With her husband gone and her house destroyed, Grace must figure out how to provide shelter and an income for her family. The Stars Are Fire is about Grace’s emerging independence and confidence, at a time when women had few freedoms. There is also the ever-present uncertainty surrounding Gene’s whereabouts and the possibility of his reappearance. Other characters come and go, some affecting Grace more than others, which bring additional dimensions to the story.

I’ve long been a fan of Shreve’s. She’s an expert storyteller with a gift for building suspense and keeping her reader interested. I HAD to know what happened to Grace, and was distracted and frustrated until I could find out.

The Stars Are Fire is not a perfect book. The end is a bit tidy, given all the buildup, and some key twists were unrealistic or too convenient. But who cares? This was a thoroughly immersive, engrossing book and I will not soon forget it.

As I mentioned, I listened to The Stars Are Fire on audio. I thought the narration by Suzanne Elise Freeman was just OK. Her delivery was a little robotic, and she made Grace harsher and more aggressive than I suspect Shreve intended. But again, I didn’t care! I just wanted to finish it. I just recommend also having the print version or ebook if you’re going to listen to this book on audio, because you will want it!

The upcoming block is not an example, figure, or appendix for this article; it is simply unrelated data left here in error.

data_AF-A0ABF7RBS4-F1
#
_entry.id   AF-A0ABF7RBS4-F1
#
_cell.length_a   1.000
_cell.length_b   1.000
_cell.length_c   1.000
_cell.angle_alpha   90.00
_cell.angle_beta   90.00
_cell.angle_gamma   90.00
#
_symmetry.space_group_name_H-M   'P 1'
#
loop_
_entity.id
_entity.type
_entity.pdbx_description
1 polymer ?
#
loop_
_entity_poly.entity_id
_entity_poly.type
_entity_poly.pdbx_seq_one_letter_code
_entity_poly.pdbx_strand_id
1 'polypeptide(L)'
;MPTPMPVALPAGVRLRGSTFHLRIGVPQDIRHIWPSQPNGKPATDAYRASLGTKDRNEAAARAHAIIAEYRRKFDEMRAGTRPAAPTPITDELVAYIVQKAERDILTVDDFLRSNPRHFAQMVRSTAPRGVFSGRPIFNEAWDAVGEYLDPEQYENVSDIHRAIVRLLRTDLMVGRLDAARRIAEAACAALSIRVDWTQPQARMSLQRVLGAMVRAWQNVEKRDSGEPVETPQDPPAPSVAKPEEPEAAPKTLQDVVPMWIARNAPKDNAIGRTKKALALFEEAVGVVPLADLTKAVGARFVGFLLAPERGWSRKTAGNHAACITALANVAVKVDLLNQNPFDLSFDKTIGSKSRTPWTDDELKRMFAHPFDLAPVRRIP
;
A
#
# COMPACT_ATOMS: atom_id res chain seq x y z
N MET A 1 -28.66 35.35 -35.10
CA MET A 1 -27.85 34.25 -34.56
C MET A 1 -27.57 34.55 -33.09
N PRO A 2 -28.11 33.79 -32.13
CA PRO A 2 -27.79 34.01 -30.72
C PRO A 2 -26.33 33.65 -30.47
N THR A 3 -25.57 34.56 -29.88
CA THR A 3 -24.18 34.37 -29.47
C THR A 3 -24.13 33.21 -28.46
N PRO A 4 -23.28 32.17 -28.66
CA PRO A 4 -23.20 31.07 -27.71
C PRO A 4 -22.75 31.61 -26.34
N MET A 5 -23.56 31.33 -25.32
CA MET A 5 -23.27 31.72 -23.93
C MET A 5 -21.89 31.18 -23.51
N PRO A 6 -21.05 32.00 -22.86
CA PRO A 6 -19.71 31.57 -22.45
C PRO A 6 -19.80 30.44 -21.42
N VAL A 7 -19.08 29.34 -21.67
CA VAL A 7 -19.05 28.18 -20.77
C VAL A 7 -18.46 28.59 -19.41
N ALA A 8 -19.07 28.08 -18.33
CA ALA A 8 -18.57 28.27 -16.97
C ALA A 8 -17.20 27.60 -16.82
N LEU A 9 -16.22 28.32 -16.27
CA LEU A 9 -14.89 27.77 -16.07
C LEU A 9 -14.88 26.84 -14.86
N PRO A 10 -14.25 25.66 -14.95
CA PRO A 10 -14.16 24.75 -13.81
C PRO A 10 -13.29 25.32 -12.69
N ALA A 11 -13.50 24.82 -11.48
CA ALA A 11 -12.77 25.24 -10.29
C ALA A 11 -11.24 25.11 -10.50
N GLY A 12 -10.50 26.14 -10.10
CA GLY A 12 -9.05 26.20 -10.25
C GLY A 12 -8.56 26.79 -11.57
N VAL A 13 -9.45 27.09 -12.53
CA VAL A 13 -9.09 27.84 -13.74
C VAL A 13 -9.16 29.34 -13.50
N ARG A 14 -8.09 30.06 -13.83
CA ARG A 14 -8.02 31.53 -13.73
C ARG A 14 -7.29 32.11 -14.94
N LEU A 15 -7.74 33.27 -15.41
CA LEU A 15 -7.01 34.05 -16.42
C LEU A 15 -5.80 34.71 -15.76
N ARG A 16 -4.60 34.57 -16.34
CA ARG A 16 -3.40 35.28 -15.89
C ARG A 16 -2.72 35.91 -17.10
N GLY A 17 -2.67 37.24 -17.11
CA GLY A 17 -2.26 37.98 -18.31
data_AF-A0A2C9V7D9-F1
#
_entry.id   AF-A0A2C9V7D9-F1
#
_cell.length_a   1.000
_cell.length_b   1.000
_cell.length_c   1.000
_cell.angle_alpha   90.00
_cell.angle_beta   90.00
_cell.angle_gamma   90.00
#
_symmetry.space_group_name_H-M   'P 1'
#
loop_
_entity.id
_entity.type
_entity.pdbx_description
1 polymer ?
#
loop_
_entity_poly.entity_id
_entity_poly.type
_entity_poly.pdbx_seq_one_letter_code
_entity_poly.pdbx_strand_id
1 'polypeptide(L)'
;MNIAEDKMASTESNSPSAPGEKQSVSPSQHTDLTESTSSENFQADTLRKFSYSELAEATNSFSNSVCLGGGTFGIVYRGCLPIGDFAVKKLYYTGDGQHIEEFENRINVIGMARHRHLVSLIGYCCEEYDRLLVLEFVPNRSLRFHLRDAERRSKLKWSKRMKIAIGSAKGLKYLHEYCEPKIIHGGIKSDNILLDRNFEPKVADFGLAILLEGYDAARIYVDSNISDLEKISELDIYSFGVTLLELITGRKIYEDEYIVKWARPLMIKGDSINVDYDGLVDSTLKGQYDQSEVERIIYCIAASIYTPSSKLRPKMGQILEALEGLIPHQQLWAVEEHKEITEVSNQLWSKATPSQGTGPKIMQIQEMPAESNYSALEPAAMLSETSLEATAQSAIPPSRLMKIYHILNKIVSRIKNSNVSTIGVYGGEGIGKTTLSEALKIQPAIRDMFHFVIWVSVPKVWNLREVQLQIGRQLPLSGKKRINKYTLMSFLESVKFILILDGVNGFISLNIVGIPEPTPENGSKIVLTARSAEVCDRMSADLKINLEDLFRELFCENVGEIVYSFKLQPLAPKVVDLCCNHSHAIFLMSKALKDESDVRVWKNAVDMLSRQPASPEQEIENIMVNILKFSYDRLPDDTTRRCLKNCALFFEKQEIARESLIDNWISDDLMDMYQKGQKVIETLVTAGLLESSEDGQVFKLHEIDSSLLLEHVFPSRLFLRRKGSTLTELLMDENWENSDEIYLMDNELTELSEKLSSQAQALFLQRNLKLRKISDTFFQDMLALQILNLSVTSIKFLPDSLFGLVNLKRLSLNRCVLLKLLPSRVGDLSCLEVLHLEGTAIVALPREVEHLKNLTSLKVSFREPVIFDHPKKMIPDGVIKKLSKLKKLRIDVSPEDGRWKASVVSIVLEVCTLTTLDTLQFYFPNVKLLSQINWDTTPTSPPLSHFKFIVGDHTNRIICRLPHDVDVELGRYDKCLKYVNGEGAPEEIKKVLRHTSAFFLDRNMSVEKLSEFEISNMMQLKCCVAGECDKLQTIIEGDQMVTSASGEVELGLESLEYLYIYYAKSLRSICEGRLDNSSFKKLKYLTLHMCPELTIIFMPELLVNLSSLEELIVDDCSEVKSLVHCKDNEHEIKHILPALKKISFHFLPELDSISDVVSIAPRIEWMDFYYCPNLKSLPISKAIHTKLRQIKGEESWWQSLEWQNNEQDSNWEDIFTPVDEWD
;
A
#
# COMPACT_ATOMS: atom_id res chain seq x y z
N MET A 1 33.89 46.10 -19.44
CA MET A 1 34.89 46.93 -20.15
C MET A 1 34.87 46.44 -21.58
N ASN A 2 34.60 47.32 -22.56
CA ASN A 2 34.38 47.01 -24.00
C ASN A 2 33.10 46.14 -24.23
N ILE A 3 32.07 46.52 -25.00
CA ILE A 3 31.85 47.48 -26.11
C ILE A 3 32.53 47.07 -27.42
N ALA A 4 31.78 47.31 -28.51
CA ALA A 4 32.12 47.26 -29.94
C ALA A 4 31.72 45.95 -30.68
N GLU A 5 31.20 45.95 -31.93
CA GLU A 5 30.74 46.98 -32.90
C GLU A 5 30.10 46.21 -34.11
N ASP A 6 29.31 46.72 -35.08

So, yes, recommended.

June Is Audiobook Month Blog Tour and Giveaway

It’s June! My favorite month because of the long days, the glorious weather, and the promise of summer ahead. It’s also Audiobook Month, the annual celebration of all things related to audiobooks.

I’ve been very vocal here on EDIWTB about my love of audiobooks. I got hooked when I started listening about 8 years ago. I always have an audiobook going in the car, and listening has not only allowed me to add many more books to my list each year, but it has given me a whole new appreciation for the genre. I am obsessed with audiobooks – how they are cast, produced and performed. Writing this blog has luckily given me the opportunity to get to know some narrators, and I think they are some of the coolest people on the planet.